I repeatedly tout blogging to all my clients and remind them that the days of static, landing-page based websites are long gone.  A dynamic and influential presence on the web requires a consistently relevant site that is regularly updated and modified. This is especially true if you are or own a business.

Only a little while ago, you could have gotten away with one of those automated software  programs that combines words and phrases based on your keywords and then generates almost nonsensical gibberish.  In those days, it didn’t really matter what you said, as long as you got it out there, and the more backlinks you had out on the net, the better for you search engine ranking.  It was a system based on quantity and not on quality or relevancy.   Not anymore.

Today content quality and recency are the words of the day and the social networks and search engines have revised their algorithms to reflect this. As a result of these frequent and seemingly sporadic changes,  it’s become increasingly difficult and confusing for business to maintain their page and edge rank, especially without a blog.

Technorati puts a lot of effort into staying on top of internet trends.  According to their research concerning consumer behavior, consumers are now turning to blogs when looking to make purchases.  The latest findings can be found in Technorati’s 2013 Digital Influence Report and a condensed analysis can be found here at Social Media Examiner.  In a nutshell, if you’re a business owner or entity such as artist or musician, and you don’t have or use a blog, you’re missing a big portion of the market.



When I introduce blogging to my clients, I’m met with resistance in the form of, “I don’t know what to write about.”  They draw a complete blank.  Below is a technique I use with many of my business owners to jump-start their blogging experience.

Start with a concept map for your business or product. Teachers have been using this for a long time since it’s such a great tool to stimulate creative thinking.  I like to use an oversize writing pad on a lap desk while I’m watching TV or reclining on a patio chair in the warm sunshine.  It’s almost like doodling, and you need to give yourself permission to just “doodle”.  Include whatever comes to your mind and remember there is no right or wrong way to do this.



Say, for example, that you own a candle store.  In the center of your map, you would write, “candles”.  Then start branching off with other concepts –“my favorite candle” .  Continue on this branch with items like . . .  “Is it my favorite because of color, aroma, texture or a special memory?”  You should get the idea by now.



So just from this simple map with only one branch and several sub-branches, you have the following topics for a blog:

1.  My favorite aroma is bayberry, and it’s not just for Christmas.  Bayberry is good for . . .

2.  Pastel-colored candles are not the norm, especially in soft hues of amber, mint green or lavender.  They’re perfect for spring or when you need to be reminded of spring . . . .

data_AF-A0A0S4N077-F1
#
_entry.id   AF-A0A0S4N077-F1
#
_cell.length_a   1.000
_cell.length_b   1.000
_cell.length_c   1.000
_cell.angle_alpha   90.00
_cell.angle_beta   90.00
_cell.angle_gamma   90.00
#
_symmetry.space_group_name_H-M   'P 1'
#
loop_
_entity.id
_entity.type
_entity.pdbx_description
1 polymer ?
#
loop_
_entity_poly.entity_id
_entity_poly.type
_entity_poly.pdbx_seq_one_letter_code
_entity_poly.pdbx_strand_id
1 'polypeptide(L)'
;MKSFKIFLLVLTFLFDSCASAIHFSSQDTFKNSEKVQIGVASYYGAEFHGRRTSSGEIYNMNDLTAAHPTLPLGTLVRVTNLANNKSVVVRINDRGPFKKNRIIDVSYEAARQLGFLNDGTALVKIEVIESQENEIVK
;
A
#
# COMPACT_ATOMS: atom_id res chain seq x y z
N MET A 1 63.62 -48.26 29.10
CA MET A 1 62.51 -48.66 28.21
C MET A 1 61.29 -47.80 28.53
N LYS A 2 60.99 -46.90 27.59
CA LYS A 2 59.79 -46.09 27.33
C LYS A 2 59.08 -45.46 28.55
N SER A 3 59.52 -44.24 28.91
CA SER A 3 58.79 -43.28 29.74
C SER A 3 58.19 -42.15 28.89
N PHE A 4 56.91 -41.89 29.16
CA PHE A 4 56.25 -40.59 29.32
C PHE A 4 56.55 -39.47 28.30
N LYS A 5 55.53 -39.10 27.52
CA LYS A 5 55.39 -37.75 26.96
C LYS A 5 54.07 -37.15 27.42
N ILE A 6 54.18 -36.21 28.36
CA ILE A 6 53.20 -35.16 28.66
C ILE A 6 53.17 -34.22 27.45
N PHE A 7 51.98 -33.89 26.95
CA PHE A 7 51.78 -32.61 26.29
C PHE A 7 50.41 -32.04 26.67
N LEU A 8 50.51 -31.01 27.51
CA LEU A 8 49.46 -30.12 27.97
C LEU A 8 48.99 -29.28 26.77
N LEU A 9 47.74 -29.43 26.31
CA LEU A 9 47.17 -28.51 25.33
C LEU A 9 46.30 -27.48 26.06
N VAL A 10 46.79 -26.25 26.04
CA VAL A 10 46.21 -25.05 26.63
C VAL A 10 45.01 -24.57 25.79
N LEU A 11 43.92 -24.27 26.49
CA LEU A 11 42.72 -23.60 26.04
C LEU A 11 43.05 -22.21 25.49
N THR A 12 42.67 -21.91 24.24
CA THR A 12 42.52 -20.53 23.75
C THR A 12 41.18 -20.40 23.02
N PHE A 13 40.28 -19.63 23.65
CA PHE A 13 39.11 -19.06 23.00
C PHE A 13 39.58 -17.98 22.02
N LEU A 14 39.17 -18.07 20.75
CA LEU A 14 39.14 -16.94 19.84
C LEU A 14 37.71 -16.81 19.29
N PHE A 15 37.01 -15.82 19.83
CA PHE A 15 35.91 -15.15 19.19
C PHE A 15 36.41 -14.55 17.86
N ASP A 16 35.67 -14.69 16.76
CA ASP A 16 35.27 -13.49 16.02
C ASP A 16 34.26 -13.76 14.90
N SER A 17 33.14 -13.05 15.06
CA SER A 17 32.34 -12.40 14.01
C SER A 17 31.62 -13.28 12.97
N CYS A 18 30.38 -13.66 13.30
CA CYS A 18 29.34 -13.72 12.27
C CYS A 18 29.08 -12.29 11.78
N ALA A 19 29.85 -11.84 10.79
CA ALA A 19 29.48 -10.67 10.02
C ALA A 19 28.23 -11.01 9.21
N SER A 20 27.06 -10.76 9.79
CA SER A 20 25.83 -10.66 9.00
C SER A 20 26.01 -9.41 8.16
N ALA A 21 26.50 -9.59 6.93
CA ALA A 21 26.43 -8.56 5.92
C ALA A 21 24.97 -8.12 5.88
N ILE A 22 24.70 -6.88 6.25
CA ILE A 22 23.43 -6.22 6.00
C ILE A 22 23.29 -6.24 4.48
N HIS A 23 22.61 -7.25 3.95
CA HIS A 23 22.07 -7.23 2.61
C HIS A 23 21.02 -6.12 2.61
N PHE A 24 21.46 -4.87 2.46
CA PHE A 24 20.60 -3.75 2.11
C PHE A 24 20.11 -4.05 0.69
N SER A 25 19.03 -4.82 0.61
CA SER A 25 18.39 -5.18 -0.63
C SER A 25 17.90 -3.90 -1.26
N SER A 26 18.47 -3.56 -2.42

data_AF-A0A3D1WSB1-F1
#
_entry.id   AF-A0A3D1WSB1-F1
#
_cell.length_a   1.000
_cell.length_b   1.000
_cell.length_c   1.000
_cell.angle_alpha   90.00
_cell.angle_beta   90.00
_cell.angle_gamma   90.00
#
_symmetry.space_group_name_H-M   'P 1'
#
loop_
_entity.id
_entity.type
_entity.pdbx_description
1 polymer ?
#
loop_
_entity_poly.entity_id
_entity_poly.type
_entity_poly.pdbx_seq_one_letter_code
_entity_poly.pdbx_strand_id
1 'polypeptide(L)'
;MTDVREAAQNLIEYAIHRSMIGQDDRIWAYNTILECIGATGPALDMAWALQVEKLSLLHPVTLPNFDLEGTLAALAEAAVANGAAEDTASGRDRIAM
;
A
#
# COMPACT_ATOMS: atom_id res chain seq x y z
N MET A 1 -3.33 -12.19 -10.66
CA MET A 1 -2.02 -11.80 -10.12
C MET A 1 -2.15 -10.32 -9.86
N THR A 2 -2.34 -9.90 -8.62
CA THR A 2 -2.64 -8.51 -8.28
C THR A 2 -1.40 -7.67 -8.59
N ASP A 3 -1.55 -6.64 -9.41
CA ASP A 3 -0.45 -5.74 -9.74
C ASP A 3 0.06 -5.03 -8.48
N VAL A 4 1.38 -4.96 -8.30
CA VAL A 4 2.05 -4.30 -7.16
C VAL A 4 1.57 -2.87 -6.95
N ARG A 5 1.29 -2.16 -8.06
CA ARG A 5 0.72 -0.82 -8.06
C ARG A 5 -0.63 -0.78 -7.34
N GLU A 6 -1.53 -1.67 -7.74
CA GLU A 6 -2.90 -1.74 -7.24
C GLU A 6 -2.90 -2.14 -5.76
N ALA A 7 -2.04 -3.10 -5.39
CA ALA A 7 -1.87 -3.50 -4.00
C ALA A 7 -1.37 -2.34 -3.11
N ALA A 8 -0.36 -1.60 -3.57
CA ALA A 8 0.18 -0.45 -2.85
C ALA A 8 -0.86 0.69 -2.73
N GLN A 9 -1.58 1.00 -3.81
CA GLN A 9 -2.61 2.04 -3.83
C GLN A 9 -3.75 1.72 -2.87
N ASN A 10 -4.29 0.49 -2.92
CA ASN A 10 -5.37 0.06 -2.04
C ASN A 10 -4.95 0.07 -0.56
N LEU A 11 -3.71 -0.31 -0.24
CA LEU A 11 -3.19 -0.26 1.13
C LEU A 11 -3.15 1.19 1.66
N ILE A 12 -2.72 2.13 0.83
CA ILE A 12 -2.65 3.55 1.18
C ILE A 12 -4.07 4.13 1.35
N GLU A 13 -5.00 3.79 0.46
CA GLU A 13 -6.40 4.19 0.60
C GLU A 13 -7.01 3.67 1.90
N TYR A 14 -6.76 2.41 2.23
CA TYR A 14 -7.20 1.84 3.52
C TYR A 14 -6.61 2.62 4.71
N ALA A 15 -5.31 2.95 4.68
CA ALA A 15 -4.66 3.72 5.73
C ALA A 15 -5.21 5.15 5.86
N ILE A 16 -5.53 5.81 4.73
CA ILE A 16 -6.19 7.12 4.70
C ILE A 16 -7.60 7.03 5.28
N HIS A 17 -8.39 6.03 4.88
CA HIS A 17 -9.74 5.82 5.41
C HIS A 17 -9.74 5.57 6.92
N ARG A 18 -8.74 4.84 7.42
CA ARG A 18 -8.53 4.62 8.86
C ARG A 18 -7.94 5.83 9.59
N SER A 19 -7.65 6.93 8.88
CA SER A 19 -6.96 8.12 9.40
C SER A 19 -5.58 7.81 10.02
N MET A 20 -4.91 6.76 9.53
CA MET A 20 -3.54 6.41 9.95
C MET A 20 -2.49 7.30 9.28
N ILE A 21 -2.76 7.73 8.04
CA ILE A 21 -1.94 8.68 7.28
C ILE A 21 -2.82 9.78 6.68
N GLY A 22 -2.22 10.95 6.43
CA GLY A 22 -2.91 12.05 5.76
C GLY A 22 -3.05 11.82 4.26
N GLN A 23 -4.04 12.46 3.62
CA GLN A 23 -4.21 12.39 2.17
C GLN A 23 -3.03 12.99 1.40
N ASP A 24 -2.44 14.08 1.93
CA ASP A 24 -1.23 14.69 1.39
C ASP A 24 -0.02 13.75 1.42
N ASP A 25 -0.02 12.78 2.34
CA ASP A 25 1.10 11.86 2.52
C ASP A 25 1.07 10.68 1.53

3.  My favorite scented candle, or anything for that matter, is gardenia because it brings me back so quickly to my happy childhood days when we would visit my grandmother in Philadelphia.

4.  Candles made from beeswax are deliciously delightful and easy to make on your own.

5.  If you want to add a little bit of texture to your homemade candles, try using rose petals or glitter.

6.  Watch for our Easter special: lily-scented candles will be 20% off.

I did this little exercise in less than ten minutes, and I don’t even have a candle shop.  So from this one offshoot, we have 6 possible blog posts and only one of them is a direct promotion for the business. . . less than 20%.  One is a personal, human interest post, and the rest are informational and helpful to the reader. A perfect mix!  The possibilities are endless if you just turn your imagination loose.

Points to keep in mind as you begin to “flesh out” your writing:

  • Keep your posts succinct and focused.  If you feel the urge to “branch off” in the post, simply let the readers know that you’ll cover that in your next post.
  • Include visuals, especially if you can’t be brief.
  • Don’t be afraid to use links to other valid sites if you’re paraphrasing some of their content.  Most bloggers/authors welcome back links from legitimate sites.
  • Respect intellectual property rights.  If you want to use someone’s photo or art in your blog, ask the owner first.  Chances are it’s already covered under a creative commons license or the owner will easily grant you a one-time usage license.  Just because it’s on the web, does not mean that it’s free.  The same goes for writing. A safe and ethical practice is to give the original author credit and a backlink, even when only paraphrasing.
  • Don’t overdo the promotions for your business.  A good rule of thumb is to limit direct promotions to 10% or less.  Otherwise, you’ll come across as the proverbial “used car salesman” and your posts will be ignored.
  • Remember to give back to your readers.  Write posts that are genuinely meaningful and helpful.
Content Protected Using Blog Protector By: PcDrome.